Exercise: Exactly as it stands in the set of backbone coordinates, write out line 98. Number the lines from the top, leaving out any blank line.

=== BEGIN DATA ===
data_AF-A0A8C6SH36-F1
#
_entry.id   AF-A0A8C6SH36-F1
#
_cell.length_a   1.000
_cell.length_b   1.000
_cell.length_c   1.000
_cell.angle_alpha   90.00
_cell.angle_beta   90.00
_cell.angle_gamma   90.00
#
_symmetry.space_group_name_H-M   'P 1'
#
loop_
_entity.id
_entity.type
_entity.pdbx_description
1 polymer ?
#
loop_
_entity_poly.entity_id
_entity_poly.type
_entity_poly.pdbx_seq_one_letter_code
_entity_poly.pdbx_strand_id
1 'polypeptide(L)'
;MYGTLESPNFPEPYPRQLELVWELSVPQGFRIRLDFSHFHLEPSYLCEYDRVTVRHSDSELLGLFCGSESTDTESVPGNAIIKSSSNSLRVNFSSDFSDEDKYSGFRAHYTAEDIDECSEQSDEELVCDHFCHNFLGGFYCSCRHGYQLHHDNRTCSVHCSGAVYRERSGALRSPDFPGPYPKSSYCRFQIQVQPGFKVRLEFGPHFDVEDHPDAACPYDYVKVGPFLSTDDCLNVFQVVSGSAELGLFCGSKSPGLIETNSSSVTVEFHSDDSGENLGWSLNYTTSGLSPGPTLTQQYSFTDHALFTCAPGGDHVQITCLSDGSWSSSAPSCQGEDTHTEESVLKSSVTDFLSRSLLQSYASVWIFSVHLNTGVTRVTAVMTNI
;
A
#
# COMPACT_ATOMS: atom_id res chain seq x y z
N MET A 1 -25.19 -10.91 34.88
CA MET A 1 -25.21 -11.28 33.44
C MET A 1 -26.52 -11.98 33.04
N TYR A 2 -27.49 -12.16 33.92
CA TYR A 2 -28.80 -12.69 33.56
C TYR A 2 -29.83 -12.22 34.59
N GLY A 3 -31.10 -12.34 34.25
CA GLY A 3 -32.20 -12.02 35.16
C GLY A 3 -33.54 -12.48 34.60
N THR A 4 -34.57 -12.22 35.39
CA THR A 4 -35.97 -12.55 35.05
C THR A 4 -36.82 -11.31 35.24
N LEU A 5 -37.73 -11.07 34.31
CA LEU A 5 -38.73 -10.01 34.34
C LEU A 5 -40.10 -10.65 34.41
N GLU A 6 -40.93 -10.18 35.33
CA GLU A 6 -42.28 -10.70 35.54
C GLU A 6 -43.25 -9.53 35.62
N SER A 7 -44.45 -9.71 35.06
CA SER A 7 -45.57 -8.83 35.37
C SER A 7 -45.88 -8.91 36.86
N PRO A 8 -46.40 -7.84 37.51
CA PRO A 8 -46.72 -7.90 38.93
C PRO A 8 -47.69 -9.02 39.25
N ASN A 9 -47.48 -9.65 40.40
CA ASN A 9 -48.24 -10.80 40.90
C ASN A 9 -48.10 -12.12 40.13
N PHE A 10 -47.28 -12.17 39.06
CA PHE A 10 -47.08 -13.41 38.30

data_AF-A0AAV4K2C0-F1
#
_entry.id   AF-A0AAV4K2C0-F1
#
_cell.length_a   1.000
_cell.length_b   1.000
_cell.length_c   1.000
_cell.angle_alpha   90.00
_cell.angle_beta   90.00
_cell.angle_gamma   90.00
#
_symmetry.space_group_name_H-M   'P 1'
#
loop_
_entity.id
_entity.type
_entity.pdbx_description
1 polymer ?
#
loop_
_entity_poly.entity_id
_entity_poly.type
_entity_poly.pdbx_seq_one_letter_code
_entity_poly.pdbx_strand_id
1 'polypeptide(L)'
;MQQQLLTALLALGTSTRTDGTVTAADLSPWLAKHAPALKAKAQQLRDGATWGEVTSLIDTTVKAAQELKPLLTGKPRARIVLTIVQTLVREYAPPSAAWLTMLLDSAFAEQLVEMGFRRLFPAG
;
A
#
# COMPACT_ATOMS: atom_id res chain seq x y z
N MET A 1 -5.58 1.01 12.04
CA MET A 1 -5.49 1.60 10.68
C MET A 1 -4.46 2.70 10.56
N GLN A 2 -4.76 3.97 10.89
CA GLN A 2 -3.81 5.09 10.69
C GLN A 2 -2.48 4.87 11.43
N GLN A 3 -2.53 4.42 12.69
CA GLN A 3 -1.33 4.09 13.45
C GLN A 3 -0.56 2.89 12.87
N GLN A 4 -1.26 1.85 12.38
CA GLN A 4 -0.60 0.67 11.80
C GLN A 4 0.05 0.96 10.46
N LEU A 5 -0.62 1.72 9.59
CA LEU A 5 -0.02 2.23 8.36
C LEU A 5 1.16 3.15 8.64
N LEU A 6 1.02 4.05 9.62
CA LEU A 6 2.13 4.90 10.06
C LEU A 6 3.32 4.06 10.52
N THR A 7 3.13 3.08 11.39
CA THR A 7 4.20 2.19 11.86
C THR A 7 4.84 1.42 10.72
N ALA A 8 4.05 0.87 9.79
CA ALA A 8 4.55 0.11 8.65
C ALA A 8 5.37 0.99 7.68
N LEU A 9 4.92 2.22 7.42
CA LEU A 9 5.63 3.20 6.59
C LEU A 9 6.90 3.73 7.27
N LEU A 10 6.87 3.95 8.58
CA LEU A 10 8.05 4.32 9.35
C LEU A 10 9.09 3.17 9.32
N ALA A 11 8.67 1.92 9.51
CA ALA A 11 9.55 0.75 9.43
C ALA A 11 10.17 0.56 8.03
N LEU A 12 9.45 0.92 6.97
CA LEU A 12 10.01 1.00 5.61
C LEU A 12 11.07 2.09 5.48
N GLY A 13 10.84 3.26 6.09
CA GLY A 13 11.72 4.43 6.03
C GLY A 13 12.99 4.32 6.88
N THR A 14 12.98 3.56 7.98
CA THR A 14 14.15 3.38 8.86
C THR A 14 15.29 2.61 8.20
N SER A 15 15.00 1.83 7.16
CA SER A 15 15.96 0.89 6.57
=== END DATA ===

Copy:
C GLN A 3 -0.56 2.89 12.87